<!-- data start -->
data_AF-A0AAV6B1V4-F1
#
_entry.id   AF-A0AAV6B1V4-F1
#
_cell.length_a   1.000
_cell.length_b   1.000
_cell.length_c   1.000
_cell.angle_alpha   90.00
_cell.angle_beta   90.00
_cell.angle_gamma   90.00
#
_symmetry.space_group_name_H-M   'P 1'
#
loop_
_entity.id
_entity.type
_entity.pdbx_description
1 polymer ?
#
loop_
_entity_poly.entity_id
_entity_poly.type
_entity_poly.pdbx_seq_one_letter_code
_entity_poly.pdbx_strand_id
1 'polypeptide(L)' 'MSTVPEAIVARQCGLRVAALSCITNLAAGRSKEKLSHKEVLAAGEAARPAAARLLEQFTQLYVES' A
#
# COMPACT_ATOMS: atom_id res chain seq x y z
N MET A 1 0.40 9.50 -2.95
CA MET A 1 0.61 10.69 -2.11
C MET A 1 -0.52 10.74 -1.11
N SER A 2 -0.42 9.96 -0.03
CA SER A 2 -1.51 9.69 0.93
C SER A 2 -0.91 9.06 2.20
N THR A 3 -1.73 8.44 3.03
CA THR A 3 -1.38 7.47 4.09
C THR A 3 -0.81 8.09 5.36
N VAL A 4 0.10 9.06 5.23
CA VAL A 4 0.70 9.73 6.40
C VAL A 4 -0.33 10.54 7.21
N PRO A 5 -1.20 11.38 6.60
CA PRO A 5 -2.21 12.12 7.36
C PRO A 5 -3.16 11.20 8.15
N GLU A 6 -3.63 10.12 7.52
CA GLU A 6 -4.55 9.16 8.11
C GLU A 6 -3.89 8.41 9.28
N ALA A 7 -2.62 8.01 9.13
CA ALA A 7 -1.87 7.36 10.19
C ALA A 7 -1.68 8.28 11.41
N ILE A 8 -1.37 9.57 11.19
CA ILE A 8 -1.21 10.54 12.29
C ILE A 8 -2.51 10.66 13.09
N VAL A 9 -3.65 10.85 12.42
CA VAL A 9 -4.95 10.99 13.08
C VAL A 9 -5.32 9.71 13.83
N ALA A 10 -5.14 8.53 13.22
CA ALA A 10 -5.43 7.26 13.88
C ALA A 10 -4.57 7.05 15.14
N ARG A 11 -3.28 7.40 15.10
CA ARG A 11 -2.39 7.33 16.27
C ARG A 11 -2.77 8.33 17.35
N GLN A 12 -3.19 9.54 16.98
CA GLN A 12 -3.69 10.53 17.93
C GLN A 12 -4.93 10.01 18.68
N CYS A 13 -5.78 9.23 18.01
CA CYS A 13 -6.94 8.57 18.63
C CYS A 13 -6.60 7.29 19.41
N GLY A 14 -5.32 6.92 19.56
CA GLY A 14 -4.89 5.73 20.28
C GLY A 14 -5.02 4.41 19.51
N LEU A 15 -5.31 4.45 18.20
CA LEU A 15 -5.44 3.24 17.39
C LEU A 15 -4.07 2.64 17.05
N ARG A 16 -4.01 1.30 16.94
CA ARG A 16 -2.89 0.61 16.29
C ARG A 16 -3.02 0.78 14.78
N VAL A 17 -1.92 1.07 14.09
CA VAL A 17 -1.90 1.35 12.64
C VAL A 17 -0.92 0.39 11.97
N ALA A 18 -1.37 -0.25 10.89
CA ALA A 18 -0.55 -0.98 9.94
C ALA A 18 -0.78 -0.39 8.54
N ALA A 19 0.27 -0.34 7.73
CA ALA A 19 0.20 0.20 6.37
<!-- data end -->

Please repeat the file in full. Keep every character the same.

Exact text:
data_AF-A0AAV6B1V4-F1
#
_entry.id   AF-A0AAV6B1V4-F1
#
_cell.length_a   1.000
_cell.length_b   1.000
_cell.length_c   1.000
_cell.angle_alpha   90.00
_cell.angle_beta   90.00
_cell.angle_gamma   90.00
#
_symmetry.space_group_name_H-M   'P 1'
#
loop_
_entity.id
_entity.type
_entity.pdbx_description
1 polymer ?
#
loop_
_entity_poly.entity_id
_entity_poly.type
_entity_poly.pdbx_seq_one_letter_code
_entity_poly.pdbx_strand_id
1 'polypeptide(L)' 'MSTVPEAIVARQCGLRVAALSCITNLAAGRSKEKLSHKEVLAAGEAARPAAARLLEQFTQLYVES' A
#
# COMPACT_ATOMS: atom_id res chain seq x y z
N MET A 1 0.40 9.50 -2.95
CA MET A 1 0.61 10.69 -2.11
C MET A 1 -0.52 10.74 -1.11
N SER A 2 -0.42 9.96 -0.03
CA SER A 2 -1.51 9.69 0.93
C SER A 2 -0.91 9.06 2.20
N THR A 3 -1.73 8.44 3.03
CA THR A 3 -1.38 7.47 4.09
C THR A 3 -0.81 8.09 5.36
N VAL A 4 0.10 9.06 5.23
CA VAL A 4 0.70 9.73 6.40
C VAL A 4 -0.33 10.54 7.21
N PRO A 5 -1.20 11.38 6.60
CA PRO A 5 -2.21 12.12 7.36
C PRO A 5 -3.16 11.20 8.15
N GLU A 6 -3.63 10.12 7.52
CA GLU A 6 -4.55 9.16 8.11
C GLU A 6 -3.89 8.41 9.28
N ALA A 7 -2.62 8.01 9.13
CA ALA A 7 -1.87 7.36 10.19
C ALA A 7 -1.68 8.28 11.41
N ILE A 8 -1.37 9.57 11.19
CA ILE A 8 -1.21 10.54 12.29
C ILE A 8 -2.51 10.66 13.09
N VAL A 9 -3.65 10.85 12.42
CA VAL A 9 -4.95 10.99 13.08
C VAL A 9 -5.32 9.71 13.83
N ALA A 10 -5.14 8.53 13.22
CA ALA A 10 -5.43 7.26 13.88
C ALA A 10 -4.57 7.05 15.14
N ARG A 11 -3.28 7.40 15.10
CA ARG A 11 -2.39 7.33 16.27
C ARG A 11 -2.77 8.33 17.35
N GLN A 12 -3.19 9.54 16.98
CA GLN A 12 -3.69 10.53 17.93
C GLN A 12 -4.93 10.01 18.68
N CYS A 13 -5.78 9.23 18.01
CA CYS A 13 -6.94 8.57 18.63
C CYS A 13 -6.60 7.29 19.41
N GLY A 14 -5.32 6.92 19.56
CA GLY A 14 -4.89 5.73 20.28
C GLY A 14 -5.02 4.41 19.51
N LEU A 15 -5.31 4.45 18.20
CA LEU A 15 -5.44 3.24 17.39
C LEU A 15 -4.07 2.64 17.05
N ARG A 16 -4.01 1.30 16.94
CA ARG A 16 -2.89 0.61 16.29
C ARG A 16 -3.02 0.78 14.78
N VAL A 17 -1.92 1.07 14.09
CA VAL A 17 -1.90 1.35 12.64
C VAL A 17 -0.92 0.39 11.97
N ALA A 18 -1.37 -0.25 10.89
CA ALA A 18 -0.55 -0.98 9.94
C ALA A 18 -0.78 -0.39 8.54
N ALA A 19 0.27 -0.34 7.73
CA ALA A 19 0.20 0.20 6.37